The atomic bomb

September 09,2017

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North Korea now has a hydrogen bomb. Maybe. Even if the bomb North Korea detonated on Sunday was not a hydrogen bomb, it was North Korea’s most powerful bomb yet.

So far, President Donald Trump has not said (or tweeted) anything that comes close to the threat he made on August 8: “North Korea best not make any more threats to the United States.  They will be met with fire and fury like the world has never seen.”

What did President Trump mean?  On August 11, NPR asked Dr. Sheila Smith, senior fellow for Japan Studies at the Council on Foreign Relations and an adjunct professor at Georgetown University.  Smith replied:  “The President didn’t say nuclear, but it sounds nuclear.”

The US has threatened to use nuclear weapons against North Korea before. I have just finished H. W. Brands’ 2016 book, The General vs. the President: MacArthur and Truman at the Brink of Nuclear War. Brands, a professor of Government at the University of Texas at Austin, is the author of bestsellers on Andrew Jackson and Franklin Roosevelt.

The General vs. the President is an odd book.  When a book has a picture of a mushroom cloud on its cover and the words “nuclear war” in its subtitle, readers will expect…oh, I don’t know…a book about nuclear war?  However, only 35 pages in this 400-page volume mention the atom bomb.  Many of those 35 pages contain only passing references to the bomb.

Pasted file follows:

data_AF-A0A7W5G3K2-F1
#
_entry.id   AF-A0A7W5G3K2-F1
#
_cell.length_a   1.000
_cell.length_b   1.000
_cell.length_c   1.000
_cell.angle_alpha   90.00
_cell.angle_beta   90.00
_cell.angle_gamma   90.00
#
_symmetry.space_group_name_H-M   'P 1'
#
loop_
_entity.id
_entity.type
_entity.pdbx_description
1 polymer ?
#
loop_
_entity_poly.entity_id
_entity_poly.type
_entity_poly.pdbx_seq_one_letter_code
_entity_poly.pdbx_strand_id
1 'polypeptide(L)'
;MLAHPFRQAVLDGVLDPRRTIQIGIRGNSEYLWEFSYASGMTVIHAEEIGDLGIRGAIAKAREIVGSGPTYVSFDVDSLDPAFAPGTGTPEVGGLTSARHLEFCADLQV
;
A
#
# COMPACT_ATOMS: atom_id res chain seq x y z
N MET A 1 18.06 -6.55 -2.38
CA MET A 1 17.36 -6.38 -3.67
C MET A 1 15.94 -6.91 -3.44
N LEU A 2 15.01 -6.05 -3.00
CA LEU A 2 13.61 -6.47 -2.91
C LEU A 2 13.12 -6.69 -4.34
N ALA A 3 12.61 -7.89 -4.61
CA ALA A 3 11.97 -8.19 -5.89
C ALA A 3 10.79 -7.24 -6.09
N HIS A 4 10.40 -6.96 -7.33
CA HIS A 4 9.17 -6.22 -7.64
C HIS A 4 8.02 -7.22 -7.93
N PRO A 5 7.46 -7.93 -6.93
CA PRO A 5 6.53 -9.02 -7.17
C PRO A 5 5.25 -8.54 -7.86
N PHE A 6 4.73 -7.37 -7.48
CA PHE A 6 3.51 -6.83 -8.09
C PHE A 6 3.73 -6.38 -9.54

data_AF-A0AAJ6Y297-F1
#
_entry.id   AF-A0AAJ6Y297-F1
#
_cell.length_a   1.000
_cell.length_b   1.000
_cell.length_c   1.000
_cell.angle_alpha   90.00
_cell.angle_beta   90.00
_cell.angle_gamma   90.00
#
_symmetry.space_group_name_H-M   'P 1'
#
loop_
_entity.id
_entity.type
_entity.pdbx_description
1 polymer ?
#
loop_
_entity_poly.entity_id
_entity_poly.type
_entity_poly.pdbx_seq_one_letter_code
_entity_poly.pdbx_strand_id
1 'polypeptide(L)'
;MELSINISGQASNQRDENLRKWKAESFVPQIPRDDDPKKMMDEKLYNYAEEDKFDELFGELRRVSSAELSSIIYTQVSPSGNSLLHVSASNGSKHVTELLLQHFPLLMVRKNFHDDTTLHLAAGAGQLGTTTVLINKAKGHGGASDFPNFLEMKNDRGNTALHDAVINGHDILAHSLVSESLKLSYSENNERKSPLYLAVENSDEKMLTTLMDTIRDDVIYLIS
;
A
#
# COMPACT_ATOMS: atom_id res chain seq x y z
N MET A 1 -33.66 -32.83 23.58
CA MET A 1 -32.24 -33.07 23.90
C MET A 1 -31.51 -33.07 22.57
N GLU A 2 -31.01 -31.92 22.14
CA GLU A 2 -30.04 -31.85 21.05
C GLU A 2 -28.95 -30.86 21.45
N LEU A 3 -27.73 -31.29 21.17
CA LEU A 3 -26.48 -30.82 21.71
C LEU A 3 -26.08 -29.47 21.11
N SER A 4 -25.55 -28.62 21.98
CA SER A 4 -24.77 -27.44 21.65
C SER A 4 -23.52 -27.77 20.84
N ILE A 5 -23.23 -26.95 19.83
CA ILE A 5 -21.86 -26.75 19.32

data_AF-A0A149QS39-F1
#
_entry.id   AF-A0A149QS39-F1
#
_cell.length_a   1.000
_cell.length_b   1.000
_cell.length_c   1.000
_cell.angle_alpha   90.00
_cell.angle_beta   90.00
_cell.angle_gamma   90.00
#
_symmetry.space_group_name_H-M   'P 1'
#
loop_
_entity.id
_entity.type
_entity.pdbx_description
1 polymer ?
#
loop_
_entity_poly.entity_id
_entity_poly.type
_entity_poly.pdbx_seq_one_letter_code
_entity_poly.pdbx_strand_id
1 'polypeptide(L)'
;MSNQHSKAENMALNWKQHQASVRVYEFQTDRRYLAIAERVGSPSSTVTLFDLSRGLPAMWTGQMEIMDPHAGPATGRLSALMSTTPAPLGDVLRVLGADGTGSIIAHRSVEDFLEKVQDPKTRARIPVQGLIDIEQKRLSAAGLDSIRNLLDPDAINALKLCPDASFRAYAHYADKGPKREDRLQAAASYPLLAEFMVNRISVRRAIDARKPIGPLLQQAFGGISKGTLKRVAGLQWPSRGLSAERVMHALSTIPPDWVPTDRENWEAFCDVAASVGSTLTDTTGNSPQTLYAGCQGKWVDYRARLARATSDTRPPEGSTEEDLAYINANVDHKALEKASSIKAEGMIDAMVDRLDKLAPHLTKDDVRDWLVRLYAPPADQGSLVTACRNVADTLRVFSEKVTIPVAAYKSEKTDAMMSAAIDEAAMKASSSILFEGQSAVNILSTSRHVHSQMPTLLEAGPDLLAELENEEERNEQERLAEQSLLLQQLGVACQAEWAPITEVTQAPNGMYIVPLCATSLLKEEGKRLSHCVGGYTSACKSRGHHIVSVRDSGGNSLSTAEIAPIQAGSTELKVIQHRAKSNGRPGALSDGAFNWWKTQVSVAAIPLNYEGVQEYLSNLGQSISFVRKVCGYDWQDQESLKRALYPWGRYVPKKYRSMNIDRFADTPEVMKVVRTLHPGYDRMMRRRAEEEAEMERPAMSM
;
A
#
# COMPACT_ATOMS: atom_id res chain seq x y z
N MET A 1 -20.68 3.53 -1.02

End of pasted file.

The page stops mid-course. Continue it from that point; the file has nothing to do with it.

Rather than an edge of your seat real life thriller about Korea “at the brink of nuclear war,” Brands ladles out a conventional retelling of the history of the 1950-1953 Korean War.  Brands’ focus is the clash between President Harry Truman and General Douglas MacArthur, the US/UN commander in Korea, which culminated in Truman firing MacArthur.  This story has already been told many times before.

The Korean War began on June 25, 1950 when forces of the Democratic People’s Republic of Korea crossed the 38th parallel of latitude into South Korea, a US client regime.[1]  On June 30, President Truman illegally ordered American ground troops to Korea without consulting Congress.[2]

Unmentioned by Brands, Truman sent two groups of B-29 bombers to the UK and Guam in July.  The planes carried atom bombs which were complete except for their fissile plutonium cores which remained in the United States.  (At no time during the war were there “live” atom bombs in Korea.)  If Truman decided to resort to the bomb, the UK bomber group would target the USSR and the group in Guam would target North Korea and China.

The war turned against UN forces after the entry of Chinese troops in late October.  At his November 30 press conference, Truman terrified the world.  Truman answered a question about potential use of the atomic bomb by saying that use of the bomb in Korea had always been under “active consideration.”  Brands treats Truman’s answer as a blunder (page 223).  More probably, Truman was consciously signaling to the Chinese Communists and the Soviets.

As Kim Jong-un is signaling today. Every bomb test, every missile fired over Japan or towards Guam, is a message addressed to the US.  Kim knows what the US does to states, like Iraq and Libya, which do not have nuclear weapons.  Sometimes, I wish I could tell Kim: “All right.  We get it.  You have nuclear weapons and you will defend your country.  You don’t have to keep proving it.”

Except the US doesn’t get it.  Secretary of Defense James Mattis has threatened a “massive military response” should North Korea continue on its present path.  UN Ambassador Nikki Haley has declared that there is “no more road left” for negotiations.

This article has been excerpted from: ‘The Atomic Bomb and the First Korean War’.

Courtesy: Counterpunch.org


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